At last year’s Cannes Lions Festival, PepsiCo’s president Brad Jakeman energetically talked up its decision to form Creators League Studio, a new in-house content creation arm.
Laying down the gauntlet to ad agencies, he barked: “Instead of five pieces of content a year, a brand like Pepsi needs about 5,000 pieces of content a year. Instead of taking six months to develop an ad, we have six hours or six days. And instead of it costing $2m, it needs to cost $20,000.”
PepsiCo, he said, was sick and tired of the complicated structure that working with ad agencies created. “There is no infrastructure to advertisers to be able to quickly produce that content. You have to patch it together. Certainly the traditional agencies can’t do it.”
Following this week’s controversy, Jakeman might regret these comments, according to Lucky General’s founder Andy Nairn.
READ MORE: ‘Pepsi’s tone-deaf Kendall Jenner ad deserves to be criticised’
Pepsi’s tone-deaf ad featured model Kendall Jenner as the leader of a group of protestors, who awkwardly mirrored the Black Lives Matter movement. And after the campaign, which was created by the soft drink brand’s in-house creation arm, insulted the daughter of Martin Luther King and created a mass social media backlash, Pepsi was forced to pull it and issue a groveling apology.
Should Pepsi have enlisted an agency?
Nairn believes Jakeman’s Cannes comments suggest Pepsi’s in-house team worked so quickly on the Jenner campaign that it failed to properly vet it for controversy.
“Look, I own an ad agency so I’m sure people will say I have a vested interest here, but what happened at Pepsi clearly shows the dangers of not having an external perspective,” he tells Marketing Week.
READ MORE: Why are brands taking agencies in-house?
“Agencies mess up too, we get it wrong all the time. But if you run an in-house creative department like Pepsi does you need to really interrogate your own approach and make sure you’re not blinkered by your own brand. It is clear Pepsi didn’t do that.”
Nairn adds: “It is basic common sense that if you are surrounded by people who live and breathe your brand when creating an ad, then you’re much more prone to disaster than working with an ad agency, who will take a more balanced approach.
“Yes, an agency will take longer to make an ad, but a longer trial and error approach typically avoids controversy so it’s worth it.”
The diversity debate
A poll of 754 marketing professionals conducted by Marketing Week in partnership with One Poll’s consumer survey reveals nearly half (42%) of marketers believe the brands they work for are failing to reflect a contemporary, racially-diverse, society in their marketing and advertising.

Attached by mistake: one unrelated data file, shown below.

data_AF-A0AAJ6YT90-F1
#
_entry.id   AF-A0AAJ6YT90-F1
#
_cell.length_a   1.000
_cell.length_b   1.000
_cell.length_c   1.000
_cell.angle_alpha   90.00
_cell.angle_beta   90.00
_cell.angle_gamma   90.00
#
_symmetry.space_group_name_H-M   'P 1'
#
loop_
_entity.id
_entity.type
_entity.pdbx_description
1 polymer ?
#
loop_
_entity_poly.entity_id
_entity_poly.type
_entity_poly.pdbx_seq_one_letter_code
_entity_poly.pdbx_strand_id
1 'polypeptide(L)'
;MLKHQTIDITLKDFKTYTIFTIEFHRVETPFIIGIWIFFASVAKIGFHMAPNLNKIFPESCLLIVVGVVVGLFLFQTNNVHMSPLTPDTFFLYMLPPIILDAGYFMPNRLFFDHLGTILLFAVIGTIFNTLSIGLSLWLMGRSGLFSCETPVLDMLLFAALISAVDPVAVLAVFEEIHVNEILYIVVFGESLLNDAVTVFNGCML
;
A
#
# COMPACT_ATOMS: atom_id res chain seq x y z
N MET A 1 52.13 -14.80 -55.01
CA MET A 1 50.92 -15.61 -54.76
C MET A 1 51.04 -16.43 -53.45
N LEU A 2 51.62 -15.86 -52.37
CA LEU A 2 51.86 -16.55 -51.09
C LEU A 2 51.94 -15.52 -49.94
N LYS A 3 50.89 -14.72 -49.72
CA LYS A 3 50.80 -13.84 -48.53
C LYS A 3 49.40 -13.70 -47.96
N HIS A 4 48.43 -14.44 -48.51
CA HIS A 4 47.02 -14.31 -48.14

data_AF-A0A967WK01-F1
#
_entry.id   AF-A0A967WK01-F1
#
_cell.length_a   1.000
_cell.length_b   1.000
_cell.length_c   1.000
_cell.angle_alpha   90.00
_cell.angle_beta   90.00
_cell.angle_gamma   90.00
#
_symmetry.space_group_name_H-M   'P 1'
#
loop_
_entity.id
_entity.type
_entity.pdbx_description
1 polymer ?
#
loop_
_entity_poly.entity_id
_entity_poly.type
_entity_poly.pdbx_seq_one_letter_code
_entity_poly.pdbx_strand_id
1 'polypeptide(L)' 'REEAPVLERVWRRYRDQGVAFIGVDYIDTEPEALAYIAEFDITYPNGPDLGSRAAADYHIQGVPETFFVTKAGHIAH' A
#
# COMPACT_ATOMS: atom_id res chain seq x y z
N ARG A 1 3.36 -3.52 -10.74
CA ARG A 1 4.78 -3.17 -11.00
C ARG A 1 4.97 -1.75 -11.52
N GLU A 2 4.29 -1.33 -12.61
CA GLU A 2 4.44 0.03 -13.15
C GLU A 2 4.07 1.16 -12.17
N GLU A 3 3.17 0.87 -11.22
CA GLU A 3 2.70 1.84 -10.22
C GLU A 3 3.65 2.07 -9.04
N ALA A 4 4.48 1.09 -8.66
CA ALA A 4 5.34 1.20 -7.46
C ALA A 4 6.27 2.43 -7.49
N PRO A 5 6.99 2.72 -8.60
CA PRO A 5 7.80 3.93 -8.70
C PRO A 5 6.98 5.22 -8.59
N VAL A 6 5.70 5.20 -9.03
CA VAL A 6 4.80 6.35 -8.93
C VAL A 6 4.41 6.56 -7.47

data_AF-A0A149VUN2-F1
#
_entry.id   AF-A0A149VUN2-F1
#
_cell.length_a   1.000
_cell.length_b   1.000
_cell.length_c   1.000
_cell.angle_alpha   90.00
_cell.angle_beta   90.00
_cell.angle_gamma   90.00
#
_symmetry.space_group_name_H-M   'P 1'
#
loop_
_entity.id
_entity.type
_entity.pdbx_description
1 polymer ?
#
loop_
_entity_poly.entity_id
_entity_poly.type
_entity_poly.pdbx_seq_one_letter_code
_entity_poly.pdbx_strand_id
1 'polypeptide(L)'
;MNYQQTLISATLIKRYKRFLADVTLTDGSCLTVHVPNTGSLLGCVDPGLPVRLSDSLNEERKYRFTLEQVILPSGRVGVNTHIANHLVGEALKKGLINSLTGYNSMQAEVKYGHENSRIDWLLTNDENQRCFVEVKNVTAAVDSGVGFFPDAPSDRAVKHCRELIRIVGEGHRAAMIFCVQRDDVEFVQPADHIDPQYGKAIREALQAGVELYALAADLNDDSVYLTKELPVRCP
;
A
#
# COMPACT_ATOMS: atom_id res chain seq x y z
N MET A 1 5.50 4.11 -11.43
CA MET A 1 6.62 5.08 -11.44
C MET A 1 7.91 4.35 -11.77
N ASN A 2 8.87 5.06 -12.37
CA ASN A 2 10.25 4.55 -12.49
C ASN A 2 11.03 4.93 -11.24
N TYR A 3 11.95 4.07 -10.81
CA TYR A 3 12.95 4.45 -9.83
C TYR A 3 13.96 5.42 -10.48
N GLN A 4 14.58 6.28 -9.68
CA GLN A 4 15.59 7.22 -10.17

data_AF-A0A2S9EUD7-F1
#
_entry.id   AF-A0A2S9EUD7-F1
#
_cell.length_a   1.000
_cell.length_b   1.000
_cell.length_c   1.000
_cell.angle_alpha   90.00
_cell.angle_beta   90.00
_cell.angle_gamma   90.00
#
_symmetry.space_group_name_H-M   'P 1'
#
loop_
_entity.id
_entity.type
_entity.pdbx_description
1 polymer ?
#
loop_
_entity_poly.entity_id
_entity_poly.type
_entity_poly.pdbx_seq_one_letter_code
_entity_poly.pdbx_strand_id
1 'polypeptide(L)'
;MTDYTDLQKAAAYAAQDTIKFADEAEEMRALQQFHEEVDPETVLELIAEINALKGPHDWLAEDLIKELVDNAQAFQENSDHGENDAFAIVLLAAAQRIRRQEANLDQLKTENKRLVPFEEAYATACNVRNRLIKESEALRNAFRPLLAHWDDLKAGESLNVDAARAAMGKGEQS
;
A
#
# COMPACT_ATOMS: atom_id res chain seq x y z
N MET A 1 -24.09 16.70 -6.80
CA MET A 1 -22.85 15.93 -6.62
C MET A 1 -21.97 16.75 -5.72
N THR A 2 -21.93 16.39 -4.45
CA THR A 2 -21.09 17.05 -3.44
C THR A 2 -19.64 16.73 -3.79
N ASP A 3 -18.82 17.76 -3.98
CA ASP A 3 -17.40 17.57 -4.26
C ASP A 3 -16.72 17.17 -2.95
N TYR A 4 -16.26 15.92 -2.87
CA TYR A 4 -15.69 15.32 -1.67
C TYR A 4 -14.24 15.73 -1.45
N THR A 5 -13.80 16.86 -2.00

And on the agency side only 13.1% of staff currently come from a black, Asian, and minority ethnic (BAME) background, according to the IPA.
It is basic common sense that if you are surrounded by people who live and breathe your brand when creating an ad, then you’re much more prone to disaster.
Andy Nairn, Lucky Generals
These stats show the marketing industry rarely seeks diverse voices when creating content, so surely Pepsi’s failure stems from a wider industry failing? While Nairn agrees both brands and agencies need to hire more racially diverse marketers, he believes the Pepsi controversy would have still happened regardless.
He adds: “Even if an in-house agency is filled with people of colour then they will still likely become so wedded to the brand, and see things through the lens of the brand, that they fail to spot tone or how the outside world perceives their brand. Diversity is a broader issue.
“We talk a lot about drinking the cool aid but Pepsi is an example of a organisation drinking too much of its own fizzy liquid.”
Prioritising market research
Yet, a possible lack of diversity in Pepsi’s own team is not the only issue. For Fern Miller, chief strategy officer at DigitasLBi, Pepsi failed because it didn’t reach out to protest groups.
“Corporations like PepsiCo need to over-index in how much they worry about the outside world perceiving them yet somehow there’s stil a sense of tunnel vision,” she explains.
“If you get involved with the protest movement in your ad then you need to really engage with these people on the front line and try to understand the nuances of what they are doing. If you don’t, well, then you can see what the results will look like.”
Pepsi experienced a “difficult” 2016 with its brand value dropping by 4% to $18.3bn according to Brand Finance, with it stating the Kendal Jenner controversy “could create further losses in the value and strength of its brand”.
Brand Finance could have a point. Pepsi’s buzz score is statistically significantly down over the last week, according to YouGov BrandIndex. Over this period, its buzz has fallen a massive 9.5 points to -9.2, placing it bottom on a table of the UK’s 26 biggest carbonated drinks brands.
Ultimately, Miller says the in-house vs agency debate is irrelevant. To avoid a similar brand meltdown, it all comes down to doing proper market research.
She concludes: “This theory was invented in 1960s and 1970s that advertising went after the views of the public before it launched an ad – it is called planning and research. Sometimes when you work for yourself you lose all perspective. Brands and agencies just need to make sure there’s somebody on their team who reflects the voice of the consumer. I don’t think Pepsi had that here.”